8. Whilst developed as a reflection on music, we were under no illusions that the consequences of digitization would be limited to that form. As access to broadband and wifi expands we are are already witnessing the ‘napsterisation’ of the film industry where some analysts claim over a half a million programs/movies are now being swapped every day. As we believe that the decommodification of culture is a good thing in general, and argue that this proposal will help to close the gap between producer and audience, we claim that this model can be tweaked to cover essentially all forms of culture.


9. As broadcasters are not actually involved in a business model based on the selling of culture so much as the selling of audiences to advertisers, they should not be included in this arrangement and should have to pay creators for use of their work. This could be quite complex but no more than the problems posed by copyright adjudication currently.


10. Even if the copyright system was abolished in the morning, many of the same players would continue to dominate culture. The success of a work is to a significant extent a function of the amount of work put into marketing it, and the circuits of promotion that one has access to. The major music companies employ indy promoters to circumvent payola laws and ensure their presence on mass market radio, control many of the major urban music venues, many magazines and television stations which are employed to construct the star system. Our proposal cannot change that. What it can do is to uncouple the consumption-payment axis which provides the means to continue funding this mechanism on the basis of a guarantee provided by the state (copyright law). the likelihood is that the majority of people will continue to give much of their money to the stars, but we do think that over time people will give more of thier money to local performers/creators or to those who have made the effort to share their work with them.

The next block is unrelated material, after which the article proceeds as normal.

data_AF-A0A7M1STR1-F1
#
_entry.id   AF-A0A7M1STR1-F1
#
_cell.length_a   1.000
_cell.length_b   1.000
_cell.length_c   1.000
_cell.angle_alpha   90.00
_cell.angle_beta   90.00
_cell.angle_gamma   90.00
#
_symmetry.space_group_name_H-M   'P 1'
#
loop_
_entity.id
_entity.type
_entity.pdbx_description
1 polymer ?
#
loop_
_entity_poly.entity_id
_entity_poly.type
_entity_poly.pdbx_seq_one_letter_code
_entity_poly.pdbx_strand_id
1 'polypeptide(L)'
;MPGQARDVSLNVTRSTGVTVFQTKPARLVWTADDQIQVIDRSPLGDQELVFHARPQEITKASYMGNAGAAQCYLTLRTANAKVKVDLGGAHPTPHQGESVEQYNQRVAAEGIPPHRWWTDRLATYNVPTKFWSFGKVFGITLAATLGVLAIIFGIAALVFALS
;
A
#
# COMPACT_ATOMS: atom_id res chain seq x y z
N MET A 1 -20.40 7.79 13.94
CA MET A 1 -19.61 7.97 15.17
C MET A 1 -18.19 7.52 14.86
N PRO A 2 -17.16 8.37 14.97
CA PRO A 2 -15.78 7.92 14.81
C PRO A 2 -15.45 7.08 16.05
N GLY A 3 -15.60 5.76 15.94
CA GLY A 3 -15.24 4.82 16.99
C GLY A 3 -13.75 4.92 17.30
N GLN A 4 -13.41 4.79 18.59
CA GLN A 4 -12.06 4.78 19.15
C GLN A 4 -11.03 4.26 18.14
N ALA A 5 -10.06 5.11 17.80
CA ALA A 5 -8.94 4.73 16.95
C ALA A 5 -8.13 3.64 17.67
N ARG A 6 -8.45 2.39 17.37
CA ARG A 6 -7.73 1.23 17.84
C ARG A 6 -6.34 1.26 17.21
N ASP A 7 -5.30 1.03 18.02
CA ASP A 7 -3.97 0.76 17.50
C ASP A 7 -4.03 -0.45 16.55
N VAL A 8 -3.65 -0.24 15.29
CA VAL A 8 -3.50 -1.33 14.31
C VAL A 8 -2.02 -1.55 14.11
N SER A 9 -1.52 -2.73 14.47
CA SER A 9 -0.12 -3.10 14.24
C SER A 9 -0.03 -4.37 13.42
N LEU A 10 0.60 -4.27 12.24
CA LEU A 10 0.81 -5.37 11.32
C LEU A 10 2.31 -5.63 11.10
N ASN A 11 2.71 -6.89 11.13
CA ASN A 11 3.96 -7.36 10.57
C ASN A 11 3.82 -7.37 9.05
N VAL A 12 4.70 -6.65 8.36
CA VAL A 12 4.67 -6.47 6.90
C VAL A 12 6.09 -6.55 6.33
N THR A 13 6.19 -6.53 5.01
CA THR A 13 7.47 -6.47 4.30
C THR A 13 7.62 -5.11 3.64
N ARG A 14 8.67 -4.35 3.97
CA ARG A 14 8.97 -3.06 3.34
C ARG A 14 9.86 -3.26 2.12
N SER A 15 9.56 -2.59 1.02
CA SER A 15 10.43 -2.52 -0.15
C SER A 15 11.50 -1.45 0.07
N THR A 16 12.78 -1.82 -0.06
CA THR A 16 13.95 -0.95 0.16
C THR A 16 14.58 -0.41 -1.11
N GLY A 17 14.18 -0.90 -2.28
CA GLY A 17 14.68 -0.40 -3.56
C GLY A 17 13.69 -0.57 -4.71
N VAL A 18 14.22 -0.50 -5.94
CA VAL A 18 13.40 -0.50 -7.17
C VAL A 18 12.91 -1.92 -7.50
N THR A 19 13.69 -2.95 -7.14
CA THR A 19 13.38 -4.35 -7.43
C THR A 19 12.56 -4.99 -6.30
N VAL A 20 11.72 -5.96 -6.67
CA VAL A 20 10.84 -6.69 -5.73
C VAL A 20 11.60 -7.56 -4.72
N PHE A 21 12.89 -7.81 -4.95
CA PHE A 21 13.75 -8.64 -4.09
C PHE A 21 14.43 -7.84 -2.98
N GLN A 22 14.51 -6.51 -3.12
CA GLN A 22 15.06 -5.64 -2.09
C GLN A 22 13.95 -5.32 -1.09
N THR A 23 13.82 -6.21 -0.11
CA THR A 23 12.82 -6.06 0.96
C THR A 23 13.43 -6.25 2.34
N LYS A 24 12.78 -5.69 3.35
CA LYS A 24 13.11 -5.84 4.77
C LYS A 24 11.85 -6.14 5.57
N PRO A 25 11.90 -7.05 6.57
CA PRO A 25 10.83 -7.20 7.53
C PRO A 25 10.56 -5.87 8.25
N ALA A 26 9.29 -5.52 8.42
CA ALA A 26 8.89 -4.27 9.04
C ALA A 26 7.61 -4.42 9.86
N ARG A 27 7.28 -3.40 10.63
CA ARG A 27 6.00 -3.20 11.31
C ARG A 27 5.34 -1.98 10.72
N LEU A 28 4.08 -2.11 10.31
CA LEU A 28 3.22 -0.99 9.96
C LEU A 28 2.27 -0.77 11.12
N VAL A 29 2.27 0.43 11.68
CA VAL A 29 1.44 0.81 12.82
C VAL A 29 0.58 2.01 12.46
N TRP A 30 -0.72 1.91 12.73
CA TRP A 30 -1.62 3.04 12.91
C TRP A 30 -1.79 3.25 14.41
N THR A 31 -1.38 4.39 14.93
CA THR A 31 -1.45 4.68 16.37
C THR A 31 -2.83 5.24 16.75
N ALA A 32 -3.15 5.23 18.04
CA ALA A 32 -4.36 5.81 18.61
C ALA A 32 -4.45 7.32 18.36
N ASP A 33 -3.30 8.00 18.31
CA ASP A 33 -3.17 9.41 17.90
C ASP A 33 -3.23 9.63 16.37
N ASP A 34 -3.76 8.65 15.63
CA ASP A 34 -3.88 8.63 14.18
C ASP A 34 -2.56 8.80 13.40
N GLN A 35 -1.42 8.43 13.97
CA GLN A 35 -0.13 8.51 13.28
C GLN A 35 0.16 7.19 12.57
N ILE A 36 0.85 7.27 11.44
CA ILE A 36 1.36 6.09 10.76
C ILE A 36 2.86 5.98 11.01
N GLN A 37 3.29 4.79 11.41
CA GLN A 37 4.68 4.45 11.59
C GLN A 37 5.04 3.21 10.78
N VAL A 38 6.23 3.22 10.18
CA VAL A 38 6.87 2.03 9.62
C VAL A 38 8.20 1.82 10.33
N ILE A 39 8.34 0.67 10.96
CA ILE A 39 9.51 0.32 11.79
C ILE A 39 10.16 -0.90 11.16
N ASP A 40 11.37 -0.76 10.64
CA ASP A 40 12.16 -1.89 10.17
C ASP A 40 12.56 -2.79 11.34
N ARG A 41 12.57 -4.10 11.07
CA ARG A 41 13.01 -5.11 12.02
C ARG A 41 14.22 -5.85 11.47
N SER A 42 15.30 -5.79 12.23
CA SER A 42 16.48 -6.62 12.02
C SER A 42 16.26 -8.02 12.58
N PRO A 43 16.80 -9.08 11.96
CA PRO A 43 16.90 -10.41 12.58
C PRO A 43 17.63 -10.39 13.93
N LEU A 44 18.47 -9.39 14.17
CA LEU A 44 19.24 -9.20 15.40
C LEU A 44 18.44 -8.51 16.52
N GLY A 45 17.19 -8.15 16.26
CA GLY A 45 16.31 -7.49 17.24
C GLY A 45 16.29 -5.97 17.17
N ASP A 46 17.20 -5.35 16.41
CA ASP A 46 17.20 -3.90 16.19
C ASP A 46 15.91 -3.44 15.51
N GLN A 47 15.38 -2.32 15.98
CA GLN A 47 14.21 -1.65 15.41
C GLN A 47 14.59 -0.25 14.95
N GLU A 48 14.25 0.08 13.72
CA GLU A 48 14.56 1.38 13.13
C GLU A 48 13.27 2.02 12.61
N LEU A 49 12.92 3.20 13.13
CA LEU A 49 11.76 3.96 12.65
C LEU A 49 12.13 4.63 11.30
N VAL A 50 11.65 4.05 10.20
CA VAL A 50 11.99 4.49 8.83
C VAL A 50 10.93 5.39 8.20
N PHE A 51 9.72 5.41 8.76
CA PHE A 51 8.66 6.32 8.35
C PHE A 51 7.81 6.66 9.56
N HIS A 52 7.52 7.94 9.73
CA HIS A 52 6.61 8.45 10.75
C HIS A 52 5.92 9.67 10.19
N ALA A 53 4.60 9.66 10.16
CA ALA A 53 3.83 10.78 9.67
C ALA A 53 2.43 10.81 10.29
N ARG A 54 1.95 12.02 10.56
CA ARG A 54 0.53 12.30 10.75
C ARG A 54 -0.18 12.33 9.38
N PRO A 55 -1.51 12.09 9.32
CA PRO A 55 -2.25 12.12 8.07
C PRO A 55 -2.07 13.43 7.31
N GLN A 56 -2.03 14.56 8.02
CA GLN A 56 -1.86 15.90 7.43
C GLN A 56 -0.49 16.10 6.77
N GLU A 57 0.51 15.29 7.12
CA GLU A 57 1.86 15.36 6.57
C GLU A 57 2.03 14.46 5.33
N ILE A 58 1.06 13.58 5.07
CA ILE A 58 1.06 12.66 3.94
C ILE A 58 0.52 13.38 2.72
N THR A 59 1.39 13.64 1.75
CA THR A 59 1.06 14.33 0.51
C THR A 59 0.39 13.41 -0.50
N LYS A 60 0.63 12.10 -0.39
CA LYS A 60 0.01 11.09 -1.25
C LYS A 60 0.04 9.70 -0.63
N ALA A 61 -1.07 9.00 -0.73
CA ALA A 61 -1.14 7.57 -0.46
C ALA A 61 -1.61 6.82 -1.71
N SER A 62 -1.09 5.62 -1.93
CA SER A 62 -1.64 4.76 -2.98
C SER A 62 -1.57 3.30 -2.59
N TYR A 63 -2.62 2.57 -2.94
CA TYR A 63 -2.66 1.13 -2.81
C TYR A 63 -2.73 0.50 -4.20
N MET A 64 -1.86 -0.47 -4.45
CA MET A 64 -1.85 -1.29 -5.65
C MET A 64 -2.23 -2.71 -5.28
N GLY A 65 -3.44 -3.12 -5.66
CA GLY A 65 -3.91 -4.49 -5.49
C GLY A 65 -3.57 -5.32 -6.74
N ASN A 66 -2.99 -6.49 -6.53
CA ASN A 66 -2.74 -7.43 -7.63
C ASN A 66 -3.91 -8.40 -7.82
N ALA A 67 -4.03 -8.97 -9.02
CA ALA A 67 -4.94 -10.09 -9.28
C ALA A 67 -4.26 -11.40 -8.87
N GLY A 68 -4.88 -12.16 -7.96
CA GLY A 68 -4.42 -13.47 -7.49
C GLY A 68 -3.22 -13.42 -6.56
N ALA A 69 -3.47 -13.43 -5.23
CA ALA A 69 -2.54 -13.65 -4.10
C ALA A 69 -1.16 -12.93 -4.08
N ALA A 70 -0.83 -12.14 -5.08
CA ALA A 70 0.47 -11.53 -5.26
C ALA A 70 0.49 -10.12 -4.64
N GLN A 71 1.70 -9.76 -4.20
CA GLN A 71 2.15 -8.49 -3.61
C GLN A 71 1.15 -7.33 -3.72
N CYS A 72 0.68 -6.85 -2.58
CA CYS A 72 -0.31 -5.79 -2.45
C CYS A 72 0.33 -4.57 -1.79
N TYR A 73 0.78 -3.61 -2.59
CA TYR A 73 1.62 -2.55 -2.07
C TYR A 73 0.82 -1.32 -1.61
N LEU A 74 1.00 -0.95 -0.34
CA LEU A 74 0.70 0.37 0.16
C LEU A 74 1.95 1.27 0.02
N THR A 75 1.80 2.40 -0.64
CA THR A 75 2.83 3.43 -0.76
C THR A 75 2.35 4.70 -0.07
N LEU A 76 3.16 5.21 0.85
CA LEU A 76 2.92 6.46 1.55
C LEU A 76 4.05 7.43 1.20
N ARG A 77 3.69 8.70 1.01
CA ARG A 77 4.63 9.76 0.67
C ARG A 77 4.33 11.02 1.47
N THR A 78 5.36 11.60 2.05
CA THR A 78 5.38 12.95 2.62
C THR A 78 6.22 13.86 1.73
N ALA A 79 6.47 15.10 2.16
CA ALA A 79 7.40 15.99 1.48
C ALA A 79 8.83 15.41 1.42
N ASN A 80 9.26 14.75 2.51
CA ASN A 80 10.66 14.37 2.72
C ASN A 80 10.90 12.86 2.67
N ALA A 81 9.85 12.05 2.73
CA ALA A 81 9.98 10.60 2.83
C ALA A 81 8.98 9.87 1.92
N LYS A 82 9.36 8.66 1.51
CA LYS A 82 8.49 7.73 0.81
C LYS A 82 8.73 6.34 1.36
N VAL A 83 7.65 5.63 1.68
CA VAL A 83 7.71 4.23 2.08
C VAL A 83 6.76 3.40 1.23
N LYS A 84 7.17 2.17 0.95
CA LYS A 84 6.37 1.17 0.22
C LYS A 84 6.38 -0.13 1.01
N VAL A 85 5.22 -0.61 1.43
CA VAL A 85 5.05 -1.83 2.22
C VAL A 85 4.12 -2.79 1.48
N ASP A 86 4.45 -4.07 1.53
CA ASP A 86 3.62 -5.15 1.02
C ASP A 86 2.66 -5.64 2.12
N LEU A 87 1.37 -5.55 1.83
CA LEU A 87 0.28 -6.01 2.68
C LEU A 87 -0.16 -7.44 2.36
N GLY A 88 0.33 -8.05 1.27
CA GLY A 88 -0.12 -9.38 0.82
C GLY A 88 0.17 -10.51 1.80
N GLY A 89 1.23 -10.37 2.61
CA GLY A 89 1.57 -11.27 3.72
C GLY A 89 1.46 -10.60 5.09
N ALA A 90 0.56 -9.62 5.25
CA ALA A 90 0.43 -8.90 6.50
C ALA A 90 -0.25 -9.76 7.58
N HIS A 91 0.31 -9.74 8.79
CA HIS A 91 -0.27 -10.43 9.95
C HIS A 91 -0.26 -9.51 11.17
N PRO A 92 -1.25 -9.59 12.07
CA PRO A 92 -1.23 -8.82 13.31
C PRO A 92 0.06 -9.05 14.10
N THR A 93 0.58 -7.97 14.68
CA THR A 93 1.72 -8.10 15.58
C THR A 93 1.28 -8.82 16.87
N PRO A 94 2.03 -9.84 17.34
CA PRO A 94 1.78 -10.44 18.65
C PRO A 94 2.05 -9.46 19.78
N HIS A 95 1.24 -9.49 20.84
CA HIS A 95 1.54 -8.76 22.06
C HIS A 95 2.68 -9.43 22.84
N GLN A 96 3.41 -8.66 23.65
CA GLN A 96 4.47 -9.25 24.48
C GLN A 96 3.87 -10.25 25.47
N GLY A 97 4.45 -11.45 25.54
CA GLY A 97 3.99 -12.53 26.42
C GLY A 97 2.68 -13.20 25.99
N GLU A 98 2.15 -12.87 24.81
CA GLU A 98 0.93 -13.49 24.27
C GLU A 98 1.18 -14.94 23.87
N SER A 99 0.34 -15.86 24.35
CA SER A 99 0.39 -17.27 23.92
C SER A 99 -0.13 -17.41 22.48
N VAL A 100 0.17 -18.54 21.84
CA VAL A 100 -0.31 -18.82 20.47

11. People often believe that this proposal is tainted by a certain statism. We argue the contrary as the crux of the proposition is the withdrawal or retirement of the state from two areas of activity: the maintenance of the regulated monopoly that is copyight and the allocation of public subsidies to culture through Arts Councils etc.

Discussion

Alan Toner:

Positive Aspects of the Model

• Severing the relationship between consumption and remuneration renderssuperfluous the demand for a centralised trackingmechanism to gather infpormation on people’s use of works. • No need for a progressively more punitive system employing criminal sanctions and intrusion into the private sphere. • Releases large amounts of materials to be used by next generation creators, lowering their costs and removing barriers to entry. • Spreads the distribution of monies in a manner such as to allow a far greater number of people to work full-time in production or at least to be able to take some months out of the year to be devoted to that purpose.” (http://knowfuture.wordpress.com/2006/12/05/resuscitating-alternatives-to-copyright/)


More Information

The Blur/Banff proposal at http://www.nsu.newschool.edu/blur/blur02/reports/blur02_user_love.pdf